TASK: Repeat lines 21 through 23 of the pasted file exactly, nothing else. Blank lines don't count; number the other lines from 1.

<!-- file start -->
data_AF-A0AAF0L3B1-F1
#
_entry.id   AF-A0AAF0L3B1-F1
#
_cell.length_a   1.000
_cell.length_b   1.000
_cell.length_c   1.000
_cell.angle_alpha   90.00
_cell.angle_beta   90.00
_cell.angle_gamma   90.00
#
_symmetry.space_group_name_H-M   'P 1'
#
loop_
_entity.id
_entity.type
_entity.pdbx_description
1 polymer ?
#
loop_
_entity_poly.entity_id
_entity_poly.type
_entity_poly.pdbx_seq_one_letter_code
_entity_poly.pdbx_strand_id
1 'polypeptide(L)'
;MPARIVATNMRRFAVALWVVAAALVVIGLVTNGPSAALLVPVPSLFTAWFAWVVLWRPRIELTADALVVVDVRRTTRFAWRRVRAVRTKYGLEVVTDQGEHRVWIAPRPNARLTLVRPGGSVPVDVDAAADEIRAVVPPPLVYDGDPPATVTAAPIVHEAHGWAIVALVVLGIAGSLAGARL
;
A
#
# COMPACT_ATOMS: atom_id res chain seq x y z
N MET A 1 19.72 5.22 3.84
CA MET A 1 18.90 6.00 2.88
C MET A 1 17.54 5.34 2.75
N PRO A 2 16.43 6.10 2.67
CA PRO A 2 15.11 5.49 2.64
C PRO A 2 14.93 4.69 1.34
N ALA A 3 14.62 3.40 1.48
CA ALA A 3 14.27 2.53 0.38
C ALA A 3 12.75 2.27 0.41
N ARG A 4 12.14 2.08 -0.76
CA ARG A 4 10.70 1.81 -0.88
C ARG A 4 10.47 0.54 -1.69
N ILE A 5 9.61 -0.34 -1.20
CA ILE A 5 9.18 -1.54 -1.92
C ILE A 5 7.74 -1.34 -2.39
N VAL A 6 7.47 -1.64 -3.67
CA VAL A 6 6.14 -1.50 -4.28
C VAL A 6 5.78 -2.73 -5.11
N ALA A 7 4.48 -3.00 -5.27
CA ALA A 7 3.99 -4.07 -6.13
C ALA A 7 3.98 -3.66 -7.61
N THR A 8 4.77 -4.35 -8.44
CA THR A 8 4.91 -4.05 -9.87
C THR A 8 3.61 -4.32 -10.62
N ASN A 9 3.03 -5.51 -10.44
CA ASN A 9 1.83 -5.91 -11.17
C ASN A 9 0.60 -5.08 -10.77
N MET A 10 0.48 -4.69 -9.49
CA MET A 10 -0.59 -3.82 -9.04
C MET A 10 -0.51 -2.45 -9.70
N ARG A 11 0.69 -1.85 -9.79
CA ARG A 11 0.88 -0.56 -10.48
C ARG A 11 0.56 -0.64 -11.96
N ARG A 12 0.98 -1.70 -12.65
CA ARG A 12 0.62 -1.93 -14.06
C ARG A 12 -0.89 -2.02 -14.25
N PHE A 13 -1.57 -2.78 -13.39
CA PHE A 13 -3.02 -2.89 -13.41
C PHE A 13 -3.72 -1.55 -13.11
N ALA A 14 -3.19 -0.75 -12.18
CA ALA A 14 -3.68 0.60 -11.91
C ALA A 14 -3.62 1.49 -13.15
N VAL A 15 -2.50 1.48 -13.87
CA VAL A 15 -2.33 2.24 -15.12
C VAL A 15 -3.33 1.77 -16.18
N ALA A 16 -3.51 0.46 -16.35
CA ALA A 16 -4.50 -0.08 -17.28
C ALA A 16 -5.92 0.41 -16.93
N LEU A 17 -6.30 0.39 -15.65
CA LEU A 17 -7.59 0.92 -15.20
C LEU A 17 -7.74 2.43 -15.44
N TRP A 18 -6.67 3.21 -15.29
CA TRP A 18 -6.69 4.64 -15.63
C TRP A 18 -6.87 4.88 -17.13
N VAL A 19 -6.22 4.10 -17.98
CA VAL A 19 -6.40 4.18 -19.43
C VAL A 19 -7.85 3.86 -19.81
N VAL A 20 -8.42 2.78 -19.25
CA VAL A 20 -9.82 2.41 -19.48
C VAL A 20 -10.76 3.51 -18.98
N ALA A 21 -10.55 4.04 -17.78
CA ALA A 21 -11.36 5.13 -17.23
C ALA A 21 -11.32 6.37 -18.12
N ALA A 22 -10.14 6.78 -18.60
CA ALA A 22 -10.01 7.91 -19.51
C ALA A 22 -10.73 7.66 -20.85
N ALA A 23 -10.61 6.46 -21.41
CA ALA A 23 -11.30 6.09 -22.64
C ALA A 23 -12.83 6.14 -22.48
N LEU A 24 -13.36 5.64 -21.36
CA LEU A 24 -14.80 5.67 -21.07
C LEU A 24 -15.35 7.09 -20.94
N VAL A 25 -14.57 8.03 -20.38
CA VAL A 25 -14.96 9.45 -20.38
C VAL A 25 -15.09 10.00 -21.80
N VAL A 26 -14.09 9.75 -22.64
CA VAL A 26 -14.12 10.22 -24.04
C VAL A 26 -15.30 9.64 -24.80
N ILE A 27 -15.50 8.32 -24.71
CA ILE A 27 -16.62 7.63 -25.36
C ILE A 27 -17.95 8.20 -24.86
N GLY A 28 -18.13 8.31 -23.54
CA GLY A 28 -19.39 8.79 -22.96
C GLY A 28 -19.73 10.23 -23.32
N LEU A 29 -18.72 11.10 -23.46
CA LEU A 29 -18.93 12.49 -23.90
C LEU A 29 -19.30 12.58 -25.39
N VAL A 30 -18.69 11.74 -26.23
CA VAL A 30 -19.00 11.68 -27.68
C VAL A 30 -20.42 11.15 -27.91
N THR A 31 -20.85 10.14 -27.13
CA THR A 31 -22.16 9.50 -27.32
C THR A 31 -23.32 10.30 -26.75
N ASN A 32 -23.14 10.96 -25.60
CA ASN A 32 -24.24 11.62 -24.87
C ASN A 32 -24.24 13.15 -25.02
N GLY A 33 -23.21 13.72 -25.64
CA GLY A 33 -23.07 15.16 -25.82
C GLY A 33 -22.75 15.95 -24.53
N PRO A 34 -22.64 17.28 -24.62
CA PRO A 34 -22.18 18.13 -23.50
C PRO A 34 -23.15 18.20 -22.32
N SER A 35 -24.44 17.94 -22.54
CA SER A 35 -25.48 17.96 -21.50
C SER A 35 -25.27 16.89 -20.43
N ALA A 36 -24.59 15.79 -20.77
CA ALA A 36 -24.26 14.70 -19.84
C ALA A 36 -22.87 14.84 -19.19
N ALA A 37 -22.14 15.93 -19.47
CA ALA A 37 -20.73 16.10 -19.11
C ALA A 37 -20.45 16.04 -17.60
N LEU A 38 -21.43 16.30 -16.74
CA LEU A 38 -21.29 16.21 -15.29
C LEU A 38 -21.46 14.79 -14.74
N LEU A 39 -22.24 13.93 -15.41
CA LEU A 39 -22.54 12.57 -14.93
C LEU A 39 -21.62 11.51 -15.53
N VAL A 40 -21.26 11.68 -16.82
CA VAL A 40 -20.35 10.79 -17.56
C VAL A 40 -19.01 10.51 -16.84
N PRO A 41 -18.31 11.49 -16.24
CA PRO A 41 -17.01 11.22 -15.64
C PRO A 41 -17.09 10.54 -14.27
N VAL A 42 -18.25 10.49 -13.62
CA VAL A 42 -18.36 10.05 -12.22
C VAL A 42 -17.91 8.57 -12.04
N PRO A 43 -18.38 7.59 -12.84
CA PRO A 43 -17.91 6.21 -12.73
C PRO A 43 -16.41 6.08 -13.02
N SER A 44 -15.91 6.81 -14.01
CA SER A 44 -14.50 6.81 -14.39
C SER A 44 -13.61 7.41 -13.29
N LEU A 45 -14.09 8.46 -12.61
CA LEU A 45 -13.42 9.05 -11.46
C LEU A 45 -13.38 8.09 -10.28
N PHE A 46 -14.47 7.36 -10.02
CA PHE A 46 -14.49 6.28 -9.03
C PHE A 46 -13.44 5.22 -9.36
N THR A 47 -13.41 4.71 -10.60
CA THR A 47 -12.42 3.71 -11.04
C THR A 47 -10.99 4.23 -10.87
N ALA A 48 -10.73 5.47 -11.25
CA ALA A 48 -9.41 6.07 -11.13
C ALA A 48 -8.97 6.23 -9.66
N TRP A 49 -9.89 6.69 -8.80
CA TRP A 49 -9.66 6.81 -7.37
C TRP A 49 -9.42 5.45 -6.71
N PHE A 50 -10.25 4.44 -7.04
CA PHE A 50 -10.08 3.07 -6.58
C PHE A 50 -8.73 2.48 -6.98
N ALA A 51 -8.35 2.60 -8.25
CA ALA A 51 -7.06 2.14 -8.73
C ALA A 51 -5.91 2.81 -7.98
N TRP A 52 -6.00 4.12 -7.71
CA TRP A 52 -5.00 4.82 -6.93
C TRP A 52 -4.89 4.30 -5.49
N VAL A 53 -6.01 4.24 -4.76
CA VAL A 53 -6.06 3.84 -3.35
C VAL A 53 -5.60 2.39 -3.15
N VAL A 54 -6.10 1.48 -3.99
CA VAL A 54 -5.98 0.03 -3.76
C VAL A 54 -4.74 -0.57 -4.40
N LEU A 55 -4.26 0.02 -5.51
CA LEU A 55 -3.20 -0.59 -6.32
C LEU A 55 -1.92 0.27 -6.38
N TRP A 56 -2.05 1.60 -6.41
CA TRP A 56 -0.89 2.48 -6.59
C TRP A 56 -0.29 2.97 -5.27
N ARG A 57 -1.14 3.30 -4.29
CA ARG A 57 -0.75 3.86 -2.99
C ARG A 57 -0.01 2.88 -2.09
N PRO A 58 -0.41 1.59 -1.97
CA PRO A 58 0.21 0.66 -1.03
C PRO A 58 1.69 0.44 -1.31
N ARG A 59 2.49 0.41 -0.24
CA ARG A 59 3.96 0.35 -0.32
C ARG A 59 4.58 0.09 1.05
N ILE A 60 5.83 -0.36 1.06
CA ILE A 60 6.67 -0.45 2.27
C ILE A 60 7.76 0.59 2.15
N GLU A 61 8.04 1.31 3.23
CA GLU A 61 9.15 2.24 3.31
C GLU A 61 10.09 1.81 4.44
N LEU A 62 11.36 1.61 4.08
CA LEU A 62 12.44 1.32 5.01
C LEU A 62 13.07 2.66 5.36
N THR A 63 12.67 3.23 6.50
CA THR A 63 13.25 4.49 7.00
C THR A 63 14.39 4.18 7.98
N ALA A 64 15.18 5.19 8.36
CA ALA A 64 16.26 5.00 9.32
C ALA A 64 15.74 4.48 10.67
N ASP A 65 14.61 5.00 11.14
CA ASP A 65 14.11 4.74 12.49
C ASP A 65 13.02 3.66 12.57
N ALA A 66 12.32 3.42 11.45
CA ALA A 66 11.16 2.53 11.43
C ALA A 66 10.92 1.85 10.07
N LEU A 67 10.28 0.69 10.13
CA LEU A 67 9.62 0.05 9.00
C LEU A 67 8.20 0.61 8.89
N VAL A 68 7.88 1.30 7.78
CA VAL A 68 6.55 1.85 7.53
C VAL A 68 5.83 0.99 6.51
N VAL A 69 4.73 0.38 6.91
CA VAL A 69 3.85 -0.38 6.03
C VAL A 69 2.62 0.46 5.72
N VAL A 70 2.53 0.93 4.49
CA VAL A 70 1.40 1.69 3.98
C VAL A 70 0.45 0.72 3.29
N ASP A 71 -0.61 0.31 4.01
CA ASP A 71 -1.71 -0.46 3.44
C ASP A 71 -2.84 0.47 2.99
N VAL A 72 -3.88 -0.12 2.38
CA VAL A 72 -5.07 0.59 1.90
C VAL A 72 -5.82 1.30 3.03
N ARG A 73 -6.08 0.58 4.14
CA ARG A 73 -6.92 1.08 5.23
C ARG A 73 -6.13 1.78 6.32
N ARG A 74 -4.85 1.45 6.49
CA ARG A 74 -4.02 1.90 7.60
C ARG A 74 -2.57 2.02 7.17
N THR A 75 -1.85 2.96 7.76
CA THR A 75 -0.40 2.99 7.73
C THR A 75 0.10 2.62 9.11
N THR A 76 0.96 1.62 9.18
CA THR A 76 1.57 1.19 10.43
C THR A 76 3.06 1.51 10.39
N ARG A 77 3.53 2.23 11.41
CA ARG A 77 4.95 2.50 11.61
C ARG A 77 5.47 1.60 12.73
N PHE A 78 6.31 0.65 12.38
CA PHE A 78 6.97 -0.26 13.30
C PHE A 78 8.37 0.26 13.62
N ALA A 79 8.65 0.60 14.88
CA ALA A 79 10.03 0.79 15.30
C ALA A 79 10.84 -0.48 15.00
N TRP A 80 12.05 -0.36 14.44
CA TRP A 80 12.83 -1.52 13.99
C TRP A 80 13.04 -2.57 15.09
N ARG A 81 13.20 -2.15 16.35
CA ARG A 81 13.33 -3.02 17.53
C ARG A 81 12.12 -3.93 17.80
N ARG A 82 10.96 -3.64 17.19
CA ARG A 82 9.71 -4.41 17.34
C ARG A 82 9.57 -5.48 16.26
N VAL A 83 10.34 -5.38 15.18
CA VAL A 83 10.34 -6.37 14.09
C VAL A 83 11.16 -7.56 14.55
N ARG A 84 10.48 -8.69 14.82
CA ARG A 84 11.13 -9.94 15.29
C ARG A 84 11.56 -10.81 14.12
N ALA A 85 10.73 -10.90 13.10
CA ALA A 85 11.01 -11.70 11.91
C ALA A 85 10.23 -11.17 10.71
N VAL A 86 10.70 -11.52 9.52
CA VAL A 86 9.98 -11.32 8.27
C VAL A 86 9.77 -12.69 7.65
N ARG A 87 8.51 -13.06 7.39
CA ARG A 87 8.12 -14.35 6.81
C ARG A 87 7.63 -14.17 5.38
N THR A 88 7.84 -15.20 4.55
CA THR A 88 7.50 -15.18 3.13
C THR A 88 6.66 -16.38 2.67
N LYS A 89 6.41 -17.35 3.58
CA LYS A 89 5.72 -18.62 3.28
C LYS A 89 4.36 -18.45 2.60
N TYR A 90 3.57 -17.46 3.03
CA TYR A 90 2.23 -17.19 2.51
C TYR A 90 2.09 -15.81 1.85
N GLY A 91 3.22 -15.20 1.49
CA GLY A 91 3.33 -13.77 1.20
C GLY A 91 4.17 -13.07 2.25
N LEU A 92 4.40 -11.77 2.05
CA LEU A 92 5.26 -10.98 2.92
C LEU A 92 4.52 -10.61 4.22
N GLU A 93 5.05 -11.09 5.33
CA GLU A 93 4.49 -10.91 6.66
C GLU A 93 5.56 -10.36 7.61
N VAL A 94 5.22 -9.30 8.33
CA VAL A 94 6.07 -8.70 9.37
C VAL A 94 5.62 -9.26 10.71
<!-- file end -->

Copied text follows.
_entity_poly.entity_id
_entity_poly.type
_entity_poly.pdbx_seq_one_letter_code